A recent roundup by a national research organization has put renewed focus on how Hawaii handles student access to school meals over unpaid meal debt.
A Sept. 25 blog post by the national research group, Child Trends, pointed out that Hawaii is one of three states in the country with laws “that allow schools to restrict students’ access to meals under certain parameters.”
Hawaii was ahead of many states when it passed a law in 2017 prohibiting schools from denying students meals for failure to pay off their balances before a grace period expired. No grace period existed before that time.
But since 2017, the recent Child Trends report noted 11 states around the country have passed laws that address access to school meals “in a supportive way,” such as requiring schools to provide meals to all students regardless of their ability to pay.
At least 100 Hawaii DOE students were denied a meal in 2017 due to an unpaid meal balance, according to a DOE report.
Cory Lum/Civil Beat
Nearly half of Hawaii’s 179,000 public school students qualify for free and reduced lunch.
The 2017 legislation prohibits schools from denying a student a meal within the first 21 days of the first semester of a school year while their application for free or reduced lunch is being processed — or in the first seven days after their meal fund account reaches a zero or negative balance.
It also required the Hawaii DOE to submit a report to the Legislature documenting the number of times students that year were denied meals due to a failure to pay and any steps taken to address that issue.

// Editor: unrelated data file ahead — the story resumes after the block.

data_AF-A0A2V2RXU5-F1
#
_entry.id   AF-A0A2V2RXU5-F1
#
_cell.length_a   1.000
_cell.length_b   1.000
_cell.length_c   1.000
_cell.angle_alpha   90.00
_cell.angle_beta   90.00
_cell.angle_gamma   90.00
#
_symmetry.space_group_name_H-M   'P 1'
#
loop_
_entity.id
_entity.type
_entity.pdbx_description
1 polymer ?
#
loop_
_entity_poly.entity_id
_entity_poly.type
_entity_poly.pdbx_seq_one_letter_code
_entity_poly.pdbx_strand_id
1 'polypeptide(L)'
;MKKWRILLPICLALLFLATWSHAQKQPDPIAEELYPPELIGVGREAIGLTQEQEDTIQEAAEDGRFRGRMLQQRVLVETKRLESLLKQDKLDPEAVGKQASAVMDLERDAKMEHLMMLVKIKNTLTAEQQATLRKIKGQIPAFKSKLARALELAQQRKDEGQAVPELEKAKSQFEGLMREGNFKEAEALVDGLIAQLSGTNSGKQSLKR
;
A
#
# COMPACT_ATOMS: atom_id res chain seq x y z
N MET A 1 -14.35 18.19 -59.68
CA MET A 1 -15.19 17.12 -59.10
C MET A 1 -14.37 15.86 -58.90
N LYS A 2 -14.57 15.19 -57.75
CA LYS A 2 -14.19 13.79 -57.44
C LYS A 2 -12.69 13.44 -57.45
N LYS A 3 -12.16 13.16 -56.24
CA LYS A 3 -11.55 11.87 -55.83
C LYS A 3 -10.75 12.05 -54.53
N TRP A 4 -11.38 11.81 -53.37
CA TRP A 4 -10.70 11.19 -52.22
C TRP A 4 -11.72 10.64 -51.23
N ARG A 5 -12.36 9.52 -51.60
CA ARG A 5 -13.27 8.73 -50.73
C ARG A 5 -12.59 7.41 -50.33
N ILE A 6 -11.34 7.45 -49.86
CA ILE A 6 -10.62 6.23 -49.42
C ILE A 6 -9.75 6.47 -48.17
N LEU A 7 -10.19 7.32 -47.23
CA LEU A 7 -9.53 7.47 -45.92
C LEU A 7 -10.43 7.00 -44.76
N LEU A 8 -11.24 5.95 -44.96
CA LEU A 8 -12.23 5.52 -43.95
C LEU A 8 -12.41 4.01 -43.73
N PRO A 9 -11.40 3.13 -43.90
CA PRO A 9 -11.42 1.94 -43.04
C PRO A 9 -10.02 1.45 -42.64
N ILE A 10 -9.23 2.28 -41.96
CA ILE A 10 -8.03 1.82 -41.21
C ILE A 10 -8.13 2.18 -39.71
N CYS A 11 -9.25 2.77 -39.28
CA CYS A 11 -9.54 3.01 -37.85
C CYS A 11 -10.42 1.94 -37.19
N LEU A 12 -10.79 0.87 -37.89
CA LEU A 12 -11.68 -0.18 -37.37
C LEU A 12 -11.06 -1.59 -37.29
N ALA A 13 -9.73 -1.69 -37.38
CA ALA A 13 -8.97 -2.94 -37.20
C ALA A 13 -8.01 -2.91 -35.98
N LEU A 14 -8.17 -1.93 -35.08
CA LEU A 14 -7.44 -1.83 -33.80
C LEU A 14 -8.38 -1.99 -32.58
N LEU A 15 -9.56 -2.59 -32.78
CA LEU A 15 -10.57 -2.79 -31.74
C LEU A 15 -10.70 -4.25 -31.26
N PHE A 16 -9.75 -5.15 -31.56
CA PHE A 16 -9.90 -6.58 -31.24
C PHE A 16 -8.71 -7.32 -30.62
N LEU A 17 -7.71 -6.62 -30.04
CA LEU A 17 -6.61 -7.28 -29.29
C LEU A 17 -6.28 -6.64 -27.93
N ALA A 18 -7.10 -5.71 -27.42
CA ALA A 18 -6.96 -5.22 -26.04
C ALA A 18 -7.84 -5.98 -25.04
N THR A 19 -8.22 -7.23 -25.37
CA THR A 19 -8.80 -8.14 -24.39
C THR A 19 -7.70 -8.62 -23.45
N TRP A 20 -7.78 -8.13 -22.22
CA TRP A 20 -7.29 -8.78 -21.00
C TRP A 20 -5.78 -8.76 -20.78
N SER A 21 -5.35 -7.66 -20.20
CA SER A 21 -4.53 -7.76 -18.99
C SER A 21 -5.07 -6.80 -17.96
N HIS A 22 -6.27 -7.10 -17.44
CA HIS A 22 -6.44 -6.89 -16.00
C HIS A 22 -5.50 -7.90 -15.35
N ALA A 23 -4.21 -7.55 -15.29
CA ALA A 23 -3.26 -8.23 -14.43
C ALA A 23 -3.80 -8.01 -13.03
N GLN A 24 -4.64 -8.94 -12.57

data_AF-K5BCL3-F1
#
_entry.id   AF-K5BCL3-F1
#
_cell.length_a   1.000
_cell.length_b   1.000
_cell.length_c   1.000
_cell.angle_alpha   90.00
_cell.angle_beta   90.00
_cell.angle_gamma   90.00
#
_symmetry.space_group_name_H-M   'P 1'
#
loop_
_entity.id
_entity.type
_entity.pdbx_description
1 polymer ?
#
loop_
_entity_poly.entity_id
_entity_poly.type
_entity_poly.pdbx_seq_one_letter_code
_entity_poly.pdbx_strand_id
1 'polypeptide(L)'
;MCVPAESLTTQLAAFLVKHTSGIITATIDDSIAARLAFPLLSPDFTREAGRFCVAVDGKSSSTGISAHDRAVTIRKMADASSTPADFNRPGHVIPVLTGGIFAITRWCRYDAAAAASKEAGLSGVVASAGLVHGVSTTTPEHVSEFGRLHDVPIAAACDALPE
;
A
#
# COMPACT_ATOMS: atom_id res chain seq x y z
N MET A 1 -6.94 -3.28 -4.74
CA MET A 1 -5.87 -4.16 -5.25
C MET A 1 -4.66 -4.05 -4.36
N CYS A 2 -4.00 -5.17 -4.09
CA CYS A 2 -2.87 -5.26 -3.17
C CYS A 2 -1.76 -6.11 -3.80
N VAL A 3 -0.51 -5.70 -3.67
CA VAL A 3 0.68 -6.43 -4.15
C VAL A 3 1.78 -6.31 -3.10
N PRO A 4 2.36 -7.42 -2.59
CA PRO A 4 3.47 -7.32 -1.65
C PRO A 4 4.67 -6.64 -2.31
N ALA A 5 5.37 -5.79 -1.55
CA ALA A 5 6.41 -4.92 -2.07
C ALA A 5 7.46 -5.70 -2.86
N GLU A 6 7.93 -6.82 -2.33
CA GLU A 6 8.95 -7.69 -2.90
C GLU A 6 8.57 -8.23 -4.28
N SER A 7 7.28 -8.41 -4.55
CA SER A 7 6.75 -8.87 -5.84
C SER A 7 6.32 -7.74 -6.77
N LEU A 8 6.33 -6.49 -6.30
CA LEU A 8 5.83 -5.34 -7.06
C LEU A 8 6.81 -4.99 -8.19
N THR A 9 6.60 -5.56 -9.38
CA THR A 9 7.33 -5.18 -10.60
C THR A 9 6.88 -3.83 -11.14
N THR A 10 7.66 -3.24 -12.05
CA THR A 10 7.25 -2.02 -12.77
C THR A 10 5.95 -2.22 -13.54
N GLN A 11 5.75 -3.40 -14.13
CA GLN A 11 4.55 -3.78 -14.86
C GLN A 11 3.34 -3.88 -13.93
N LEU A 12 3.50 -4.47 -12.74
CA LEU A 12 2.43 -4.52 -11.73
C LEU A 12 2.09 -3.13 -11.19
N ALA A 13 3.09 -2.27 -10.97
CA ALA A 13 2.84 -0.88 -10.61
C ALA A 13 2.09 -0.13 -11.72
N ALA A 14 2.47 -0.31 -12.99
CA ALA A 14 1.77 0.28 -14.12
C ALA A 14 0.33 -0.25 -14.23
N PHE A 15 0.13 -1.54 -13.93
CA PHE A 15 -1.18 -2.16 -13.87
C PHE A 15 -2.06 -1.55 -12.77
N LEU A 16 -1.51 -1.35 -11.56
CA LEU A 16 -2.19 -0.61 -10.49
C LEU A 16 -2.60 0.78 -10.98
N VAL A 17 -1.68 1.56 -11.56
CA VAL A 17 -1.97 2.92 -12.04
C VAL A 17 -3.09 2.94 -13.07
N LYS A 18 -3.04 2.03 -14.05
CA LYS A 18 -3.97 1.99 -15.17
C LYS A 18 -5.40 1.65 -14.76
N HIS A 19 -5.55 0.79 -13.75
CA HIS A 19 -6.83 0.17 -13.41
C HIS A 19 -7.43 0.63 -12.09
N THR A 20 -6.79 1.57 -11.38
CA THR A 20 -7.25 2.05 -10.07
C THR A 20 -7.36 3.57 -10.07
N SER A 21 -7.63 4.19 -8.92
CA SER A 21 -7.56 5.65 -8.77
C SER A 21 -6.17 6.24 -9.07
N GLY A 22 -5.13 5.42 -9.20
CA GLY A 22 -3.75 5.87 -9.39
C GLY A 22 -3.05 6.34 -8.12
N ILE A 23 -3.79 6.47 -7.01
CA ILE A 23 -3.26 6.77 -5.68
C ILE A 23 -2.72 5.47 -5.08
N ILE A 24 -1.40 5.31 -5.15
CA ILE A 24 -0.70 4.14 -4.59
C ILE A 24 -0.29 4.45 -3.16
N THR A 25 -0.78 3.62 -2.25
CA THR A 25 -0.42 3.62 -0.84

The DOE distributed an online survey to 293 schools. But only 87 schools — less than one third — responded. Three-fourths of the schools that responded said no students were denied meals based on fund balances. But the report found that 100 to 125 students total were denied meals as a result of unpaid meal debt.
“Most schools allow students to incur a negative balance; the school and community often work together to repay it,” the report stated.
There were many reasons for not maintaining a replenished meal account balance, from financial hardship to a delay in payment to an inability of parents to complete a free and reduced meal application, according to the report.
School districts nationally contend with unpaid student meal debt. At the end of the 2016-17 school year, 75% of school districts in the U.S. faced unpaid meal debt, according to a 2018 State of School Nutrition Survey.
At the end of April 2016, the Hawaii DOE was still owed $64,898 for unpaid school meals at 199 schools.
State Sen. Gilbert Keith-Agaran, who introduced the 2017 bill, said the idea came after he spoke to a constituent who was “caught in the paperwork hassle.”
“I think it’s important for those who can pay for their student’s lunches to actually pay for them,” he said in an interview. “The concern my constituent had was for a child who qualified for a meal subsidy or free lunch … was being denied simply because the paperwork was not being done.”
According to DOE testimony for a later version of that bill, schools are allowed to develop their own policies and procedures for negative balance notification and meal denials. Notifications can include a personal phone call home, a robocall or printing out a reminder notice and sending it home with a student to the parent.
In early 2017, the DOE enabled schools to accept online payments for meal services.
The DOE also participates in the Community Eligibility Provision program, which enables all students at schools where free and reduced lunch kids make up a certain percentage of the student body to receive a free meal. In the current school year, 52 DOE schools and 15 charter schools are CEP schools.
One DOE school, Moanalua Middle, reflects how area schools handle unpaid school meal balances. “Insufficient funds = no meal,” the school’s website states. But it also explains that a student will not be denied “a first lunch” within the first seven days after the account reaches a zero balance.
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